She had gone and opened the door, but he did not leave. That was her way now of binding him more closely to her. For no reason whatever, at the slightest approach to a quarrel she would tell him he might stop or go as he liked, and she would accompany her permission with a flood of odious reflections. She said she could always find better than he; she had only too many from whom to choose; men in any quantity could be picked up in the street, and men a good deal smarter, too, whose blood boiled in their veins dermes.
At this he would hang his head and wait for those gentler moods when she wanted money. She would then become affectionate, and he would forget it all, one night of tender dalliance making up for the tortures of a whole week. His reconciliation with his wife had rendered his home unbearable. Fauchery, having again fallen under Rose's dominion, the countess was running madly after other loves. She was entering on the forties, that restless, feverish time in the life of women, and ever hysterically nervous, she now filled her mansion with the maddening whirl of her fashionable life.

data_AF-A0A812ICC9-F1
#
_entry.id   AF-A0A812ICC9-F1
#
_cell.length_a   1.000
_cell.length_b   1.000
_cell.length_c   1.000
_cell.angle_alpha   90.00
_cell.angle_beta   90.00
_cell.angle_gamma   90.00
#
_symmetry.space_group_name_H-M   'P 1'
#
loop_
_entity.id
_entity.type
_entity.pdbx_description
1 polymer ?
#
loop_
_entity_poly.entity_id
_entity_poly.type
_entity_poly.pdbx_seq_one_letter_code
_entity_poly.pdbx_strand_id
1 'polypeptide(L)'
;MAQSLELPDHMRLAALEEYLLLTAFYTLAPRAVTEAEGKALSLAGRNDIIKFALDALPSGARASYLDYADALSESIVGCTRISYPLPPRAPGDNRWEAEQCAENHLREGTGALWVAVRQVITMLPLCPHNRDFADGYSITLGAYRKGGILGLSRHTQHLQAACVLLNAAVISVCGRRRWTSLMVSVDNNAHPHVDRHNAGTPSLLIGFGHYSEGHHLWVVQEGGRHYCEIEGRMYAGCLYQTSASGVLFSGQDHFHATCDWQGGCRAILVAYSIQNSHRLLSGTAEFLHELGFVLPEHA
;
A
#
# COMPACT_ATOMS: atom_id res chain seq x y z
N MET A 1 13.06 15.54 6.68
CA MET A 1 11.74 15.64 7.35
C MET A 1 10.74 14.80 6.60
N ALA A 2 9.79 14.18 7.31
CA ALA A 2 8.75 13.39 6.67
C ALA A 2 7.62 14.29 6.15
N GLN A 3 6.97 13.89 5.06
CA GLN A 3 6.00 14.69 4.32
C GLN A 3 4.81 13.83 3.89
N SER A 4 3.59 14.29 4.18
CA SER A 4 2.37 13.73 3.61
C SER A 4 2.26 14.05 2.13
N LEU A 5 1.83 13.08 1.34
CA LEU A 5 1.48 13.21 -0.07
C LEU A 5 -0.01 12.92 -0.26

At night he brought the ten thousand francs. Nana put up her lips, and he took a long kiss which consoled him for the whole day of anguish dermes. What annoyed the young woman was to have him . She complained to M. Venot, begging him to take her little rough off to the countess. Was their reconciliation good for nothing then? She was sorry she had mixed herself up in it, since despite everything he was always at her heels. On the days when, out of anger, she forgot her own interest, she swore to play him such a dirty trick that he would never again be able to set foot in her place. But when she slapped her leg and yelled at him she might quite as well have spat in his face too: he would still have stayed and even thanked her. Then the rows about money matters kept continually recurring.
When she did not actually throw the men at his head Count Muffat pretended not to know about all this. However, he suffered not a little from the lesser indignities of their daily life. The mansion in the Avenue de Villiers was becoming a hell, a house full of mad people, in which every hour of the day wild disorders led to hateful complications dermes.